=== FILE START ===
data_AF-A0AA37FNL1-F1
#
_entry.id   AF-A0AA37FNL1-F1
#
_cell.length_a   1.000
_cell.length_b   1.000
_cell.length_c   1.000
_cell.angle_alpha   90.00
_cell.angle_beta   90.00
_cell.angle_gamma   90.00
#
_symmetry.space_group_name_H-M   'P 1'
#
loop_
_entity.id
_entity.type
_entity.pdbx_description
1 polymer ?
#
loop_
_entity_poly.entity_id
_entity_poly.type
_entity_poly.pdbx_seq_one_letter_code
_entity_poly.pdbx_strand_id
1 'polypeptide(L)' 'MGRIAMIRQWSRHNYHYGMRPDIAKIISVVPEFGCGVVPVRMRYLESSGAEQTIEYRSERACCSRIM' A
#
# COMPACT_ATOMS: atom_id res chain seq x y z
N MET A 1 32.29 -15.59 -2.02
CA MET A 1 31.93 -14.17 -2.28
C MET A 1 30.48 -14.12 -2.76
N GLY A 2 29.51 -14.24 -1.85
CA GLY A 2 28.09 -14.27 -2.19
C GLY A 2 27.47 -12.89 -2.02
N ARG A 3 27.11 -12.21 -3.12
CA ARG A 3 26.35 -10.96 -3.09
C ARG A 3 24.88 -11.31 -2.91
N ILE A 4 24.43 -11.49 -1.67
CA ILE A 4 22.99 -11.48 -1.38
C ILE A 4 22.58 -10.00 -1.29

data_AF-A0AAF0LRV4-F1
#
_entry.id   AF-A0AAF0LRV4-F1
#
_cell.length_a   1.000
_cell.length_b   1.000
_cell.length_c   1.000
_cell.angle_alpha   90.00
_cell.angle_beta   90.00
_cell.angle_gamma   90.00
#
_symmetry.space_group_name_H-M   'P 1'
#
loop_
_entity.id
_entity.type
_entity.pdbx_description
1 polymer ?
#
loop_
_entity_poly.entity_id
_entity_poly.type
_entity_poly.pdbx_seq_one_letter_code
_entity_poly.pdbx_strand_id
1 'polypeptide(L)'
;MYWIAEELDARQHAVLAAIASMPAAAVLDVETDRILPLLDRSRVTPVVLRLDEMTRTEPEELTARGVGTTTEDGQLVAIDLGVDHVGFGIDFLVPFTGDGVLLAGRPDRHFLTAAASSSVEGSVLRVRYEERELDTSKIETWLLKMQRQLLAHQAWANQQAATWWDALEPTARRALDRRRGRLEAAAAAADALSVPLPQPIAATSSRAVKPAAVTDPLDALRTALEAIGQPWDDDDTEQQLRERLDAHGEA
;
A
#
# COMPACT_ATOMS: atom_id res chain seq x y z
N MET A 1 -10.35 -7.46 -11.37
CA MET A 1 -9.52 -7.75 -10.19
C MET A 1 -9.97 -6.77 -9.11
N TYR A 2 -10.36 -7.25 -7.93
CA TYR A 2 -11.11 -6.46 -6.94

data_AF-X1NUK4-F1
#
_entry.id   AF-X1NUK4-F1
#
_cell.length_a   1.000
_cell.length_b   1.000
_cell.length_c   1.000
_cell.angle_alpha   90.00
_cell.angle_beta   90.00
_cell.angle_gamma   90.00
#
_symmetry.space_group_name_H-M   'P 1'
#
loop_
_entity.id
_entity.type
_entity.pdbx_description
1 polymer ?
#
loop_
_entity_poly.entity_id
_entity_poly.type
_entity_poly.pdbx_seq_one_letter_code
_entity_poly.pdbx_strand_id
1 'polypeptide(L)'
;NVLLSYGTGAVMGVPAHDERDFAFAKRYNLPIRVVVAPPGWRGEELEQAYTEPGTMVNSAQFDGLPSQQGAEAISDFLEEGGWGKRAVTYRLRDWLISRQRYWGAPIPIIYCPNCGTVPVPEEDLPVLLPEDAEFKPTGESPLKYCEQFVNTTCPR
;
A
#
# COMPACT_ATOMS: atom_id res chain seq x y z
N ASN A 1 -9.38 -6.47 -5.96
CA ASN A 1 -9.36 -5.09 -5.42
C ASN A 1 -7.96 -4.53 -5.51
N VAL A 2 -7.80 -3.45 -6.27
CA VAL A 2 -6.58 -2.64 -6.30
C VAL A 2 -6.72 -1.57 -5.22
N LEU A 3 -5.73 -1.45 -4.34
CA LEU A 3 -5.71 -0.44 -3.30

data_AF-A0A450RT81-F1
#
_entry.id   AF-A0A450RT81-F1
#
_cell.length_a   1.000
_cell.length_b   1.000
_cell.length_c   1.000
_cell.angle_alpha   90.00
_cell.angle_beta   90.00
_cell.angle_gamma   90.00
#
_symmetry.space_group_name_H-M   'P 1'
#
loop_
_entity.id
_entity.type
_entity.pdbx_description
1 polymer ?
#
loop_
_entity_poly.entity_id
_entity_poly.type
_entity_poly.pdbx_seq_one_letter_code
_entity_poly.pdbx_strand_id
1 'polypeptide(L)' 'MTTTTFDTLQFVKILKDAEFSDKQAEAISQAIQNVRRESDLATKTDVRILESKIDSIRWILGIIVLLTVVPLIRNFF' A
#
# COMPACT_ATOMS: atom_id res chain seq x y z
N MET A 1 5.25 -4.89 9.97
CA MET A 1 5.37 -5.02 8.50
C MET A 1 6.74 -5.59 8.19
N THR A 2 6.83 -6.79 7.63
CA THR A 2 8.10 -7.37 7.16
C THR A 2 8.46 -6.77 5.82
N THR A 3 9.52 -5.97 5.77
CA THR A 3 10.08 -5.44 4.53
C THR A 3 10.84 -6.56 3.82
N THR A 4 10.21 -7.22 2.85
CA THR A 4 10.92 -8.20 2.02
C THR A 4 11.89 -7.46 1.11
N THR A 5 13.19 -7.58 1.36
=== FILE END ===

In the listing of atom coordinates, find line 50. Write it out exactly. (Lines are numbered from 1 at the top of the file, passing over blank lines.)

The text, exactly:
#